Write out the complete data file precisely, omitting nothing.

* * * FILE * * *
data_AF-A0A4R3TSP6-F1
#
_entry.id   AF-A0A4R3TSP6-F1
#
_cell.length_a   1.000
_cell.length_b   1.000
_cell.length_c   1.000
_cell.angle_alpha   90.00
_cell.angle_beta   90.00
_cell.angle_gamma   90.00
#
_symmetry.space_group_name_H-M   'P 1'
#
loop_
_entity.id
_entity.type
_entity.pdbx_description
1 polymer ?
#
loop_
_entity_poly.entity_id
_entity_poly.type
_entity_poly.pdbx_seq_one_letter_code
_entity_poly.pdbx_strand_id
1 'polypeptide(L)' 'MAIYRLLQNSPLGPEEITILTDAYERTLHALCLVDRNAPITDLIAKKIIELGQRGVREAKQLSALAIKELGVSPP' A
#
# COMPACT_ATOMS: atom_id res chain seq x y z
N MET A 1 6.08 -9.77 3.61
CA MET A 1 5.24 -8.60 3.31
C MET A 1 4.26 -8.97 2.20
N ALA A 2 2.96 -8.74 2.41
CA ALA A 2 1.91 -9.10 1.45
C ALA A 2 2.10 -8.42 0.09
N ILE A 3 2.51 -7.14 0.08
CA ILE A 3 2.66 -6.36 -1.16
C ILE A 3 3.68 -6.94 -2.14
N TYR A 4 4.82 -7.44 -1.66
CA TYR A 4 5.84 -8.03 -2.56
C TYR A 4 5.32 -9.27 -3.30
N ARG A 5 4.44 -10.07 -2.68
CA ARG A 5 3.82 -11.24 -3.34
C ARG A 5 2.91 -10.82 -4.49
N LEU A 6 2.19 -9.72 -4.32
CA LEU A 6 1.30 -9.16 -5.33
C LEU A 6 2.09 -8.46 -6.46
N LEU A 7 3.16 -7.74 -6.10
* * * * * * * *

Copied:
data_AF-A0A4R3TSP6-F1
#
_entry.id   AF-A0A4R3TSP6-F1
#
_cell.length_a   1.000
_cell.length_b   1.000
_cell.length_c   1.000
_cell.angle_alpha   90.00
_cell.angle_beta   90.00
_cell.angle_gamma   90.00
#
_symmetry.space_group_name_H-M   'P 1'
#
loop_
_entity.id
_entity.type
_entity.pdbx_description
1 polymer ?
#
loop_
_entity_poly.entity_id
_entity_poly.type
_entity_poly.pdbx_seq_one_letter_code
_entity_poly.pdbx_strand_id
1 'polypeptide(L)' 'MAIYRLLQNSPLGPEEITILTDAYERTLHALCLVDRNAPITDLIAKKIIELGQRGVREAKQLSALAIKELGVSPP' A
#
# COMPACT_ATOMS: atom_id res chain seq x y z
N MET A 1 6.08 -9.77 3.61
CA MET A 1 5.24 -8.60 3.31
C MET A 1 4.26 -8.97 2.20
N ALA A 2 2.96 -8.74 2.41
CA ALA A 2 1.91 -9.10 1.45
C ALA A 2 2.10 -8.42 0.09
N ILE A 3 2.51 -7.14 0.08
CA ILE A 3 2.66 -6.36 -1.16
C ILE A 3 3.68 -6.94 -2.14
N TYR A 4 4.82 -7.44 -1.66
CA TYR A 4 5.84 -8.03 -2.56
C TYR A 4 5.32 -9.27 -3.30
N ARG A 5 4.44 -10.07 -2.68
CA ARG A 5 3.82 -11.24 -3.34
C ARG A 5 2.91 -10.82 -4.49
N LEU A 6 2.19 -9.72 -4.32
CA LEU A 6 1.30 -9.16 -5.33
C LEU A 6 2.09 -8.46 -6.46
N LEU A 7 3.16 -7.74 -6.10